‘Historical’ brick-lined sewer found during Chandni Chowk revamp
Experts believe that the structure, an old sewerage system — which is lined with Lakhori bricks and is laid out in the entire stretch from the Red Fort crossing to Fatehpuri masjid — is of historical significance to the city.Updated: Aug 14, 2019 10:10 IST
A unique egg-shaped brick barrel structure was discovered in Chandni Chowk recently during the ongoing redevelopment project that is being carried out in the area.
Experts believe that the structure, an old sewerage system — which is lined with Lakhori bricks and is laid out in the entire stretch from the Red Fort crossing to Fatehpuri masjid — is of historical significance to the city.
“We were aware of its existence, but it was covered in silt. In the process of clearing it out and redeveloping it, we realised that it is much larger than what we had estimated,” said Dinesh Mohaniya, vice-chairman of the Delhi Jal Board (DJB). “The structure definitely dates back to the 19th century, when modern pipes had not been invented and sewage networks were brick lined,” he added.
While the structure remains to be studied properly by archaeologists, it is believed to be dated sometime around the 19th century. “On examining the photographs of the structure, it appears to belong to the British period. The British had built such sewer lines in different parts of the city, including inside the Red Fort,” said NK Pathak, superintending archaeologist of the Archaeological Survey of India, Delhi Circle.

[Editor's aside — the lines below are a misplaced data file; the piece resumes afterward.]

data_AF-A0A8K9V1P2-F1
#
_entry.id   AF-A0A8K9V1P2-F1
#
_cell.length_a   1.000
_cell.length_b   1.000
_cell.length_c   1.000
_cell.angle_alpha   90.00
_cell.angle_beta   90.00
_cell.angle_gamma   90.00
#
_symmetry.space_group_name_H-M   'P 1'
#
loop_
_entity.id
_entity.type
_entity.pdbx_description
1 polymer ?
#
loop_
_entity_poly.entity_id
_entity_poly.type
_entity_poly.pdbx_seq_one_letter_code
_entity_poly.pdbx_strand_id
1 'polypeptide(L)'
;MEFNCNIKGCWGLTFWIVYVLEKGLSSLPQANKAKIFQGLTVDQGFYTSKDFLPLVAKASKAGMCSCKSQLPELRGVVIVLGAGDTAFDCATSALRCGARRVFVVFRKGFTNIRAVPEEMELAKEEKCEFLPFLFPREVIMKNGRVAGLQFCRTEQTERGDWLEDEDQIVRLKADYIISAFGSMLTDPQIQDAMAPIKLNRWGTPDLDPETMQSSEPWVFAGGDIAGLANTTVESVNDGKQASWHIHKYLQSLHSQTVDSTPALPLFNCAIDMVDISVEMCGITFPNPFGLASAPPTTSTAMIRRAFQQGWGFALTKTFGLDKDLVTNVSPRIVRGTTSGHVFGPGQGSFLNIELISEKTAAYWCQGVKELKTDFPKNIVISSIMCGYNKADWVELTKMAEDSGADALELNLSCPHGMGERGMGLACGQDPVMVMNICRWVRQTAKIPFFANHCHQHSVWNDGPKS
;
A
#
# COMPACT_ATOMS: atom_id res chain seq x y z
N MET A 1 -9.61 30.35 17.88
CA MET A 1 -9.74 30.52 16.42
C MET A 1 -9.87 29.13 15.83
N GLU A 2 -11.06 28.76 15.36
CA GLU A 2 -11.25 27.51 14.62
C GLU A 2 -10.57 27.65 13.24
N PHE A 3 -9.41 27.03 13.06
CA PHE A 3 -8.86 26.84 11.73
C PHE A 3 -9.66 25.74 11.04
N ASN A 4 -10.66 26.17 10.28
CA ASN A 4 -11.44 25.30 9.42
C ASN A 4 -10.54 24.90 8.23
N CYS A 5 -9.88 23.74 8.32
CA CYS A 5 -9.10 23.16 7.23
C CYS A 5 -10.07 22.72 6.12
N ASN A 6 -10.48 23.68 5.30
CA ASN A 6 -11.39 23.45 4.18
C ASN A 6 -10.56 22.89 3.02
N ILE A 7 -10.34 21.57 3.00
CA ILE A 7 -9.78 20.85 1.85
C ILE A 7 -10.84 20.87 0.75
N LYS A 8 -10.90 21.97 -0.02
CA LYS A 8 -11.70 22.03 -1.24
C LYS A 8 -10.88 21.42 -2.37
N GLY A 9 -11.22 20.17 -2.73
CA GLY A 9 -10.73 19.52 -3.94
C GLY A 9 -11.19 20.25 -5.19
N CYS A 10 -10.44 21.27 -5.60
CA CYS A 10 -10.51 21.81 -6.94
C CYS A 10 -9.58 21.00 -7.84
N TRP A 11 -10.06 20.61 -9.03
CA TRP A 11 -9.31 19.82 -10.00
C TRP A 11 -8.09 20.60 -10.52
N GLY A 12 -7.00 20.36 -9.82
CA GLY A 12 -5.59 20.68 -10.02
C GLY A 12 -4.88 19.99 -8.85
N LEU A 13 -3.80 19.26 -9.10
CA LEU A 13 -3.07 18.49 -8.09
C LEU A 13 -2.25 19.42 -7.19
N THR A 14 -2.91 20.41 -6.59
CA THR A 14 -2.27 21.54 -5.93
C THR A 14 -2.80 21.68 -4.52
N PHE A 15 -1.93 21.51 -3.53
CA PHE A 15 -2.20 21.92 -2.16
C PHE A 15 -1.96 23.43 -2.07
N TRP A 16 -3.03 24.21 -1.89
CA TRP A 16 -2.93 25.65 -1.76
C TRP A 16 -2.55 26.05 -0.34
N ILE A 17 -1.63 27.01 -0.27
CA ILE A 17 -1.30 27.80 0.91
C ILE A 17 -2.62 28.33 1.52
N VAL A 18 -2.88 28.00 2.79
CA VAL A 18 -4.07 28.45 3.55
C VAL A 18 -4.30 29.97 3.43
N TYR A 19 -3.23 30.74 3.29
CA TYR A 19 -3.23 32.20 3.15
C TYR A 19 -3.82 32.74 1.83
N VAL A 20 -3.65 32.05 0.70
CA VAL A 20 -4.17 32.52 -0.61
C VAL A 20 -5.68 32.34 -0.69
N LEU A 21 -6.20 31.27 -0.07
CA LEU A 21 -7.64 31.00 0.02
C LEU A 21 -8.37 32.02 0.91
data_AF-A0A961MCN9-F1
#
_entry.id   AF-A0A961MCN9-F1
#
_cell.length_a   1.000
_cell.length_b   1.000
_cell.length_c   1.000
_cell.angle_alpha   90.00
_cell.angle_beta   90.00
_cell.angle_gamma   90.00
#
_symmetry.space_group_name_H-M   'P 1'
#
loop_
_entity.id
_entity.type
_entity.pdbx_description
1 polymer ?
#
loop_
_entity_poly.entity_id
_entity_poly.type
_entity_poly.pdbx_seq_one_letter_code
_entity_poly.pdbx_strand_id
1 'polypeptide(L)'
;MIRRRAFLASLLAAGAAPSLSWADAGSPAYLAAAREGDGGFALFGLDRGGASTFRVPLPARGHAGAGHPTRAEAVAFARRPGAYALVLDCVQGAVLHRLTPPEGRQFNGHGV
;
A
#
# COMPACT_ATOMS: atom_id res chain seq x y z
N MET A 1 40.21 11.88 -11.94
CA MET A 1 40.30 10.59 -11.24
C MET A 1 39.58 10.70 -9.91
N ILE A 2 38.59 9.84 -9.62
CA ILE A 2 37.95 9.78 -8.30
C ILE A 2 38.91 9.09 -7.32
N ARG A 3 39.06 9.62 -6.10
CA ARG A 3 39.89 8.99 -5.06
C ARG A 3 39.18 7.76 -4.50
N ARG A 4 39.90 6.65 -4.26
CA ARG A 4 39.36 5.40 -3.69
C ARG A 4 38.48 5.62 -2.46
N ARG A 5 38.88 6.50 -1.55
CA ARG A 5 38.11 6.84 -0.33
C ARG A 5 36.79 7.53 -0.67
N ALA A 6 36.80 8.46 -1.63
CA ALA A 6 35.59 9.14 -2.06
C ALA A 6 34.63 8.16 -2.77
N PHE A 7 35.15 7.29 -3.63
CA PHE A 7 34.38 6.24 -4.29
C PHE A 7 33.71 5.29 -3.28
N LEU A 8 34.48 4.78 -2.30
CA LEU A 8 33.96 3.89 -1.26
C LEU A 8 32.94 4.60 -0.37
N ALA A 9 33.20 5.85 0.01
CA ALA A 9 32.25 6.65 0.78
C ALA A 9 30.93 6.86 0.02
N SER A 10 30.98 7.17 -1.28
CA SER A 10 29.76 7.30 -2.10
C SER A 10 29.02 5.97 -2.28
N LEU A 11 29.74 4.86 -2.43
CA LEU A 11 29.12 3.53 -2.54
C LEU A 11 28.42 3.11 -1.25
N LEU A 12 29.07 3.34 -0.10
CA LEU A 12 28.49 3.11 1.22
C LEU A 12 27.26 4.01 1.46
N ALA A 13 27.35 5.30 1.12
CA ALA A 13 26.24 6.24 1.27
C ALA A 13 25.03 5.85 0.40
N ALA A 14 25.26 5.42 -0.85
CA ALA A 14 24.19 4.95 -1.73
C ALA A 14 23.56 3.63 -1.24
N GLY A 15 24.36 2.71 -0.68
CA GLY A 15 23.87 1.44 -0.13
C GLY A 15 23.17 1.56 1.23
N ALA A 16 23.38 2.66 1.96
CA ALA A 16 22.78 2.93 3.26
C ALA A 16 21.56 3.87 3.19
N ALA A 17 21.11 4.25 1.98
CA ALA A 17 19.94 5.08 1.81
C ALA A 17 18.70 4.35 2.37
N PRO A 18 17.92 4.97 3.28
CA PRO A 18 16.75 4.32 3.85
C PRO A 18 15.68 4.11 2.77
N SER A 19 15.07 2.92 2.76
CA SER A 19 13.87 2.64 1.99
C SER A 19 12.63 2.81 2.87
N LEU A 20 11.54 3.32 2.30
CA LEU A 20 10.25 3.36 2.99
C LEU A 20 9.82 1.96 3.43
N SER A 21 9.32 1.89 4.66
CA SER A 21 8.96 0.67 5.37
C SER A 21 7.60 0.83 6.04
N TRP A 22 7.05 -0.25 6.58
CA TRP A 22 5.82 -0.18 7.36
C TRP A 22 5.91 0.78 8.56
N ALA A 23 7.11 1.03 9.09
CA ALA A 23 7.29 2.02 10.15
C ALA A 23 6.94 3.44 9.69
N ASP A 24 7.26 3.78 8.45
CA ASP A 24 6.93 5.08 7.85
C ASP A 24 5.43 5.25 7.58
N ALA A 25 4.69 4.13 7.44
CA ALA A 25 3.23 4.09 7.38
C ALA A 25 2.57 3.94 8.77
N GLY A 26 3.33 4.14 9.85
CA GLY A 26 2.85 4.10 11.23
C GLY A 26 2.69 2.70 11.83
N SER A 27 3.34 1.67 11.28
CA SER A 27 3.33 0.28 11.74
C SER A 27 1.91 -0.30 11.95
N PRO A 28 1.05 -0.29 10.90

Historian Swapna Liddle said that the drainage system was “historic”. “Delhi had a proper drainage system since the time of Shah Jahan. At Chandni Chowk, there was a canal that ran through the middle of the street bringing fresh water. The drainage system consisted of two underground channels that ran on both sides of that canal. Further, the drains from the various kuchas and galis on both sides would meet the main lines on Chandni Chowk and then drain out from the Nigambodh side,” she added. She explained further that the British modified this system to improve its capacity.
“Redeveloping this brick barrel has always been a part of our project. We have decided to build the modern sewage system of the same diameter as the brick barrel and place it inside the structure. Under no circumstances will we cause any damage to the brick barrel,” said Alka Lamba who is member director of the Shahjahanabad Redevelopment Corporation and current MLA from Chandni Chowk.
First Published: Aug 13, 2019 21:48 IST